New Sudan Sanctions Not Needed, Bush Says
President Bush ruled yesterday that there is no need for new sanctions against Sudan because the Sudanese government and rebels are negotiating seriously.
"Today I informed Congress, consistent with the Sudan Peace Act, that the government of Sudan and the Sudan People's Liberation Movement are negotiating in good faith and that negotiations should continue," Bush said in a statement. "Both sides have made significant progress negotiating a just and comprehensive peace for the people of Sudan. There is still much work remaining."
Under the Sudan Peace Act, Bush could have moved to block oil revenue and loans through international financial institutions, seek a U.N. arms embargo against Sudan and downgrade diplomatic ties if he found the government was impeding peace efforts.
If he found that only the government was obstructing the talks he could also have released $100 million to the rebel SPLM. The talks, on an end to the long civil war in Sudan, have been taking place in the Kenyan town of Machakos.
Bush's move does not affect sanctions already in place. Sudan is one of seven nations designated by the United States as a state sponsor of terrorism and as such is subject to U.S. sanctions including a ban on U.S. arms-related sales, controls on the export of "dual use" items that may have military uses and prohibitions on U.S. economic assistance.
Study: Morale Biggest Public School Problem
Ill-mannered pupils, demoralized teachers, uninvolved parents and bureaucracy in public schools are greater worries for Americans than the standards and accountability that occupy policymakers, a new study said.
Teachers, parents and students said they were concerned about the rough-edged atmosphere in many high schools, according to the report being released today by Public Agenda, a research and policy organization in New York.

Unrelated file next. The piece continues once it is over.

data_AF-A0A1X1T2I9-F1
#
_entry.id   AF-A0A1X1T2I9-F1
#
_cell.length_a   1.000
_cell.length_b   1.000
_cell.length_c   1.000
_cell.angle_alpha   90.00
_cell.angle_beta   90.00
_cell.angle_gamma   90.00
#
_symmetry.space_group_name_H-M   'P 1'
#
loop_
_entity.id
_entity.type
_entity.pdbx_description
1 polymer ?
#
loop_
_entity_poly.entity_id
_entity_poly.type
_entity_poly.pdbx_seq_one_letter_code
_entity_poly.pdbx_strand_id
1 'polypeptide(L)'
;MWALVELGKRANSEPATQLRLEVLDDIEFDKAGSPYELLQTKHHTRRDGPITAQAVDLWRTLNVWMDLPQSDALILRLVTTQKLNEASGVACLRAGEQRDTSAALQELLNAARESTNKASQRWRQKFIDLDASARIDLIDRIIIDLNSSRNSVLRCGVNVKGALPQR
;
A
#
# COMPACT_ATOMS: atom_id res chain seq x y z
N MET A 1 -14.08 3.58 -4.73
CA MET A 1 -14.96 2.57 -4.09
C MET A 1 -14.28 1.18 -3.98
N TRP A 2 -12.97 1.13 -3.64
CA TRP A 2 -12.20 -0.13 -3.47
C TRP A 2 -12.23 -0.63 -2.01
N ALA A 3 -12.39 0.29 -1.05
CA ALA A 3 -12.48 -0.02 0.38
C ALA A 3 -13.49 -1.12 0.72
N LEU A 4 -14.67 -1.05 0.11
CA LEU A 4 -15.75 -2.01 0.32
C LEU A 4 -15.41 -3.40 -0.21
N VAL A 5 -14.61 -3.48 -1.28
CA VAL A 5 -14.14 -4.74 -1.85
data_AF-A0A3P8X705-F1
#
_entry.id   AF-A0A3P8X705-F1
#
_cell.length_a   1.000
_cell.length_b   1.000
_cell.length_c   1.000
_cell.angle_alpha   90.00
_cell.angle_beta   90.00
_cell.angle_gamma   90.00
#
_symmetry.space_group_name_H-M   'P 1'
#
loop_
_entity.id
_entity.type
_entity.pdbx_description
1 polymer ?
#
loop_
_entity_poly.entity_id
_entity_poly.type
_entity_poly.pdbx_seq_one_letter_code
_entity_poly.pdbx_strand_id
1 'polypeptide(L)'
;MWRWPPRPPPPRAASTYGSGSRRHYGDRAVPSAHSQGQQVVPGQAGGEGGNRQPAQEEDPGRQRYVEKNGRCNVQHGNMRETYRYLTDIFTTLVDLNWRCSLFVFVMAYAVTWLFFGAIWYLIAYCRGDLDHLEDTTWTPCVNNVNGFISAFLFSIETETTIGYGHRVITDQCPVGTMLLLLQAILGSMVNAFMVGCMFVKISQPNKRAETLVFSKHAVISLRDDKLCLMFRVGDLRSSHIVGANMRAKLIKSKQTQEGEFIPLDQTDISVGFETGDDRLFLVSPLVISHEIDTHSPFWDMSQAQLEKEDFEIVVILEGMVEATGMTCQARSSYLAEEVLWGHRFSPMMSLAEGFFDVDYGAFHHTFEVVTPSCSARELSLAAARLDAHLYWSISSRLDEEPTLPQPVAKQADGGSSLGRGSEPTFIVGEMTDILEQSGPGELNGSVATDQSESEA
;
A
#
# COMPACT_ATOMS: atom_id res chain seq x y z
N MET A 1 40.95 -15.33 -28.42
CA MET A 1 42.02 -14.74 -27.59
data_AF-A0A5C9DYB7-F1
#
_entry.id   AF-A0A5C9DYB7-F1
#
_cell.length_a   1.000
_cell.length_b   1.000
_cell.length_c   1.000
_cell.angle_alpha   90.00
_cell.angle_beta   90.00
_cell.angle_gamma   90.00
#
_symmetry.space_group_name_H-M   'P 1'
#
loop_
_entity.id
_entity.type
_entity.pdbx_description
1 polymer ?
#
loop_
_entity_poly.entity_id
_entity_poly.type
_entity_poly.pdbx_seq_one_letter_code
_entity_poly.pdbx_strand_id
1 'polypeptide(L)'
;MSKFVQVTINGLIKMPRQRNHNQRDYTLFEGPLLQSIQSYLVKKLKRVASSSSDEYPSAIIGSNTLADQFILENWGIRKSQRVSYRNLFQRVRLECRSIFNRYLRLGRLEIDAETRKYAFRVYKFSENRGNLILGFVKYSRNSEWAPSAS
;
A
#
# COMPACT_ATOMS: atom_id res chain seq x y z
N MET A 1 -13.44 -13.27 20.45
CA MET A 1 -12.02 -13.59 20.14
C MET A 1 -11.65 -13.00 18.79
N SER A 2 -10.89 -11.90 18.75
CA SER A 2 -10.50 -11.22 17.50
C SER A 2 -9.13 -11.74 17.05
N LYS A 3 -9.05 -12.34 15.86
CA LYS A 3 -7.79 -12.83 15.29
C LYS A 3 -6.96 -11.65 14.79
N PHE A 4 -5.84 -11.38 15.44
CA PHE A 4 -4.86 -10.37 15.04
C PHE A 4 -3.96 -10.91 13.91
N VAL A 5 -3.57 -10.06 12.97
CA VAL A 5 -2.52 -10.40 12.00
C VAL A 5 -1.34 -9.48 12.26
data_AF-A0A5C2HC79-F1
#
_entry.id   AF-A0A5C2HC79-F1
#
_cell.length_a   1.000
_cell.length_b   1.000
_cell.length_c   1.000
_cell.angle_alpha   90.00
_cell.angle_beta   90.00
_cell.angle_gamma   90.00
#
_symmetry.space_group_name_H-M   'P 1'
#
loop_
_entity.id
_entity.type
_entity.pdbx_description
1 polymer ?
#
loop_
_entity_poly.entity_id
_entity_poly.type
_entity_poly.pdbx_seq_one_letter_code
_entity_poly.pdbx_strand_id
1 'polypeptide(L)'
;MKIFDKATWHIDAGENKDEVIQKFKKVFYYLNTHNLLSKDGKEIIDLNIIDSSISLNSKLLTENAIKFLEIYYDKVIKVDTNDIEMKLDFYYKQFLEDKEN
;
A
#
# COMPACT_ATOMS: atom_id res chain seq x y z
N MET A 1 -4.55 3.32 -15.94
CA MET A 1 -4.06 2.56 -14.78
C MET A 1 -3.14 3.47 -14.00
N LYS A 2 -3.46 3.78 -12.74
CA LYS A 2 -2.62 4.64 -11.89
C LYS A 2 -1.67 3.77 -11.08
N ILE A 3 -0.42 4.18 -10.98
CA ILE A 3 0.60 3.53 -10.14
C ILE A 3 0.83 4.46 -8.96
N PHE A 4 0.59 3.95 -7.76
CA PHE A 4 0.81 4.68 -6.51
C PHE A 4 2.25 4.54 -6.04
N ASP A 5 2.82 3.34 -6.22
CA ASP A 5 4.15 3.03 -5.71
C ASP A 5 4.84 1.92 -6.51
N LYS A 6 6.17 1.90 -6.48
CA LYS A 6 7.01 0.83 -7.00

Only 9 percent of surveyed Americans said the students they see in public are respectful toward adults. High school students were asked about the frequency of serious fights in schools, and 40 percent said they occurred once a month or more; 56 percent said they hardly ever happened; 4 percent had no opinion. Only 15 percent of teachers said teacher morale is good in their high schools.
Superintendents and principals want more autonomy over their schools, with 81 percent of superintendents and 47 percent of principals saying talented leaders most likely will leave because of politics and bureaucracy.
Teachers said their views are generally ignored by decision-makers, with 70 percent feeling left out of their district's decision-making process.
According to the report, 73 percent of employers and 81 percent of professors said public school graduates have fair or poor writing skills.
Respondents generally said schools place far too much emphasis on standardized test scores, with 60 percent of parents, 84 percent of teachers, 52 percent of employers, 57 percent of professors and 45 percent of students agreeing.
White House Resumes Limited Public Tours
With the Iraq war winding down, the Bush administration has resumed limited public tours of the White House. Starting yesterday, the White House renewed its practice of scheduling tours for school, youth, military and veterans' groups. All such tours were shut down before the start of the war. The tours must be arranged through congressional offices.
Compiled from reports by the Associated Press and Reuters